@danno: No, you have it wrong. Large consumers of energy cost everyone more money for two reasons: Bonneville sells power to Lower Valley for pretty cheap, but above that limited quantity, electricity is more expensive. We all pay a higher rate because some cooperative members are using excessive amounts. Second, the cooperative must pay for infrastructure — lines, towers, transformers, etc. — that can handle peak capacity, even though demand typically is lower most of the year. So when large homeowners show up at New Year’s, crank the heat and melt their driveways, Lower Valley has to have a bigger system than it needs the rest of the year. We all pay for that. If gas were $1 a gallon for the first 100 gallons and $1.50 above that, everyone pays more (when costs are combined), even if they’re using a small amount of fuel. The only wealth redistribution that has taken place in America recently has been upward, with the richest taking an ever-increasing share of total income.

    The people this winter rate hike hurts the most are renters. Owners of old homes that are energy inefficient, and more likely to be heated by electricity, don’t have to pay the bills in winter. Renters do. Those homeowners have no incentive to take advantage of Lower Valley’s energy audits and various subsidies for efficiency upgrades. The poor renters, mostly young, are stuck with the bill, which is bound to be higher this winter.

  20. TeeJaw July 16, 2011 10:09 am

    Here’s an idea.

    Instead of whining over not having your electric bill subsidized by your fellow citizens, and instead of making the wholly fallacious and idiotic claim that you are subsidizing them, why not support safe, clean, abundant and cheap electric energy generation?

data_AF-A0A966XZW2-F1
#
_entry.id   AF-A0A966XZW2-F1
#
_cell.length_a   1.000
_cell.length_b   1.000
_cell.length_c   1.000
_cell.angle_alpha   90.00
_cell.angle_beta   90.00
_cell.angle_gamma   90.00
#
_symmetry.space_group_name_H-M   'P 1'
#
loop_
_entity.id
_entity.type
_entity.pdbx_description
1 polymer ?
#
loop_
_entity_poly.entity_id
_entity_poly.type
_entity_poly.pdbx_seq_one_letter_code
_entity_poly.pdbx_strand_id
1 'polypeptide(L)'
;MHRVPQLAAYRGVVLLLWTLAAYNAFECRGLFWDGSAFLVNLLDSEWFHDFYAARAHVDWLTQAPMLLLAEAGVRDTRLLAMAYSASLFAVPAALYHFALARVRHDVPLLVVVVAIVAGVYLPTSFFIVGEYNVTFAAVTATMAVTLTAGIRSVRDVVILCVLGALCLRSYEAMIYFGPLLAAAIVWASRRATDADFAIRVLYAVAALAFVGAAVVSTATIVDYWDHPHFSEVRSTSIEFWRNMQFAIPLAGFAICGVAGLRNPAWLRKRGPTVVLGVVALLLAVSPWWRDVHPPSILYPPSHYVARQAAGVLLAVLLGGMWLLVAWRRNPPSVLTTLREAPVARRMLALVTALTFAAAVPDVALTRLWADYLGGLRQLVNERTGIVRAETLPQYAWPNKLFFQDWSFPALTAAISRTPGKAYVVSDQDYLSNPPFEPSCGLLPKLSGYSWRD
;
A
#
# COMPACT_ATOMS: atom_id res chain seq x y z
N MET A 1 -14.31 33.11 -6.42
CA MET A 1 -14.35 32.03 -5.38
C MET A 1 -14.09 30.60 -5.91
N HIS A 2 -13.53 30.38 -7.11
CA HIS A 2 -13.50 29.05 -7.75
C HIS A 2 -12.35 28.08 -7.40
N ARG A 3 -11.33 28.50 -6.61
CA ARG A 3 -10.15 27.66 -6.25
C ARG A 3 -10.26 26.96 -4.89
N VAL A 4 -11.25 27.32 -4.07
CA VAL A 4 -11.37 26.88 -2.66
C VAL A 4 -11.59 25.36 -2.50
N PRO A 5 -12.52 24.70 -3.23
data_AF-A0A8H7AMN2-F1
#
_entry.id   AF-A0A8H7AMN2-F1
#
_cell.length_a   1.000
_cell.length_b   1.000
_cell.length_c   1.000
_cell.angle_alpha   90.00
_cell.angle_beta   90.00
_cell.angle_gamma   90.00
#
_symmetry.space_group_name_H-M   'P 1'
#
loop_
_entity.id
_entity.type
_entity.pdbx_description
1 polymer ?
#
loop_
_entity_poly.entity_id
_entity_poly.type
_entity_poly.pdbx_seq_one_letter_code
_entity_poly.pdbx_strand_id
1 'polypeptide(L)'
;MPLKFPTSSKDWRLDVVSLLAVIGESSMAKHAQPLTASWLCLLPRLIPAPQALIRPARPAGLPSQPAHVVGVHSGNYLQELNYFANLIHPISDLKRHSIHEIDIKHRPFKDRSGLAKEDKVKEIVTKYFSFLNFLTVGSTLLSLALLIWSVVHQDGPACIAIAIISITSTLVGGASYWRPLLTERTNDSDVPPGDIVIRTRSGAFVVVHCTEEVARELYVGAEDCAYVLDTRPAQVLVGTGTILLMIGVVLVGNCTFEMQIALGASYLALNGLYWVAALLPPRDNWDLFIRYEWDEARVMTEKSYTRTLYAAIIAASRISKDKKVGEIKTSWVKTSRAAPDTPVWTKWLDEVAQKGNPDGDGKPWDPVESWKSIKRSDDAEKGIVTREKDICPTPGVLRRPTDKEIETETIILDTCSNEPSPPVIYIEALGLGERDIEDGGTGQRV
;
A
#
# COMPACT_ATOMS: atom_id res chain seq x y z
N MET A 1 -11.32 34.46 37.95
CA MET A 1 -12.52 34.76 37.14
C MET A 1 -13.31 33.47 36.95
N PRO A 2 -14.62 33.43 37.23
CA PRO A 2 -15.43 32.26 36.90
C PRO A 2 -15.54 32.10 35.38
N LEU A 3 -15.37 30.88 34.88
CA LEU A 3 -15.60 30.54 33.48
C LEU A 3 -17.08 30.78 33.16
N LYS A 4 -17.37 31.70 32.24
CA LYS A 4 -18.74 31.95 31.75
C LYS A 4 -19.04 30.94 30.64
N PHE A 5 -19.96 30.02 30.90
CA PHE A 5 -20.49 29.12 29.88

That can only be accomplished by building more nuclear power plants. If you’re against it, then stop complaining about your electric bill.

  21. D July 16, 2011 3:23 pm

    Teejaw I will give you one of three. abundant…..safe clean not so much.

  22. joe July 16, 2011 3:56 pm

    at the moment we are supporting safe, clean, abundant and cheap insulation, and the economics of conservation. sorry for being such idiots.

  23. TeeJaw July 16, 2011 10:35 pm

    The safety record is better than most other industries and it is clean, the spent fuel rods being the only issue and that one can be solved. And it’s cheap relative to the alternatives if you include all direct and indirect costs. As more is produced economies of scale are achieved.

    The majority of electric power in France is from nuclear. If we’d been building nuclear power plants for the last 30 years no one would even be talking about Lower Valley’s rate structure. Of course, the same result would obtain if the government and the enviromental extremists would allow us to develop the abundant natural gas that lies in the ground waiting to be produced and used.

  24. joe July 17, 2011 12:22 pm

    in wyoming we drill for naturel gas and mine for uranium, while trying to conserve and preserve our natural beauty. put your order in and we’ll sell you some.